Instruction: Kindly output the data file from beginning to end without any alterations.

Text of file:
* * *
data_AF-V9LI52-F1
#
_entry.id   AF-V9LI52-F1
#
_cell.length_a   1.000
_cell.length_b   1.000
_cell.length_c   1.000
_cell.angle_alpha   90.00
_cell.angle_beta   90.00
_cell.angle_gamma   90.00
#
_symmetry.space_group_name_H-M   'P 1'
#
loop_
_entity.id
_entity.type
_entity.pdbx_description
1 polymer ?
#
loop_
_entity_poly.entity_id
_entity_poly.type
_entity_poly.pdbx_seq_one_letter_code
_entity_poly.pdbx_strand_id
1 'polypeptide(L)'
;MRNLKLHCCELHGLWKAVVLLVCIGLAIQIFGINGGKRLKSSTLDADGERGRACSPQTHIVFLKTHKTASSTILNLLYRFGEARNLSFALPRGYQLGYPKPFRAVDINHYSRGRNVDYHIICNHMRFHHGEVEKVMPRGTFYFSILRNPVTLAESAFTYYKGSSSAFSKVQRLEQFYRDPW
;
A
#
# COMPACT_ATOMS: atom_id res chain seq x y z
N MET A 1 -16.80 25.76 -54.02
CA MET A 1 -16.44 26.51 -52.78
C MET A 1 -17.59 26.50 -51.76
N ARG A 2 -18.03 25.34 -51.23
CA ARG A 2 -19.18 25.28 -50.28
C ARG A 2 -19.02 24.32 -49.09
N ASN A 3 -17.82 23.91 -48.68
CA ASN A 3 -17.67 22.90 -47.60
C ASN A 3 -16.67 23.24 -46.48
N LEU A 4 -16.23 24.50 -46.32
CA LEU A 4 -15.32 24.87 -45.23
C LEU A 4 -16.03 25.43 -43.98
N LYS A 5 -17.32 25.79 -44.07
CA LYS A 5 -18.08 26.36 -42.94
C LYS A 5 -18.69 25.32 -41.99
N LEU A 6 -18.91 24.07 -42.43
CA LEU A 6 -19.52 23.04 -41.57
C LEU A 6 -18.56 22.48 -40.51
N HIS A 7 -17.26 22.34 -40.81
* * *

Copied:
data_AF-V9LI52-F1
#
_entry.id   AF-V9LI52-F1
#
_cell.length_a   1.000
_cell.length_b   1.000
_cell.length_c   1.000
_cell.angle_alpha   90.00
_cell.angle_beta   90.00
_cell.angle_gamma   90.00
#
_symmetry.space_group_name_H-M   'P 1'
#
loop_
_entity.id
_entity.type
_entity.pdbx_description
1 polymer ?
#
loop_
_entity_poly.entity_id
_entity_poly.type
_entity_poly.pdbx_seq_one_letter_code
_entity_poly.pdbx_strand_id
1 'polypeptide(L)'
;MRNLKLHCCELHGLWKAVVLLVCIGLAIQIFGINGGKRLKSSTLDADGERGRACSPQTHIVFLKTHKTASSTILNLLYRFGEARNLSFALPRGYQLGYPKPFRAVDINHYSRGRNVDYHIICNHMRFHHGEVEKVMPRGTFYFSILRNPVTLAESAFTYYKGSSSAFSKVQRLEQFYRDPW
;
A
#
# COMPACT_ATOMS: atom_id res chain seq x y z
N MET A 1 -16.80 25.76 -54.02
CA MET A 1 -16.44 26.51 -52.78
C MET A 1 -17.59 26.50 -51.76
N ARG A 2 -18.03 25.34 -51.23
CA ARG A 2 -19.18 25.28 -50.28
C ARG A 2 -19.02 24.32 -49.09
N ASN A 3 -17.82 23.91 -48.68
CA ASN A 3 -17.67 22.90 -47.60
C ASN A 3 -16.67 23.24 -46.48
N LEU A 4 -16.23 24.50 -46.32
CA LEU A 4 -15.32 24.87 -45.23
C LEU A 4 -16.03 25.43 -43.98
N LYS A 5 -17.32 25.79 -44.07
CA LYS A 5 -18.08 26.36 -42.94
C LYS A 5 -18.69 25.32 -41.99
N LEU A 6 -18.91 24.07 -42.43
CA LEU A 6 -19.52 23.04 -41.57
C LEU A 6 -18.56 22.48 -40.51
N HIS A 7 -17.26 22.34 -40.81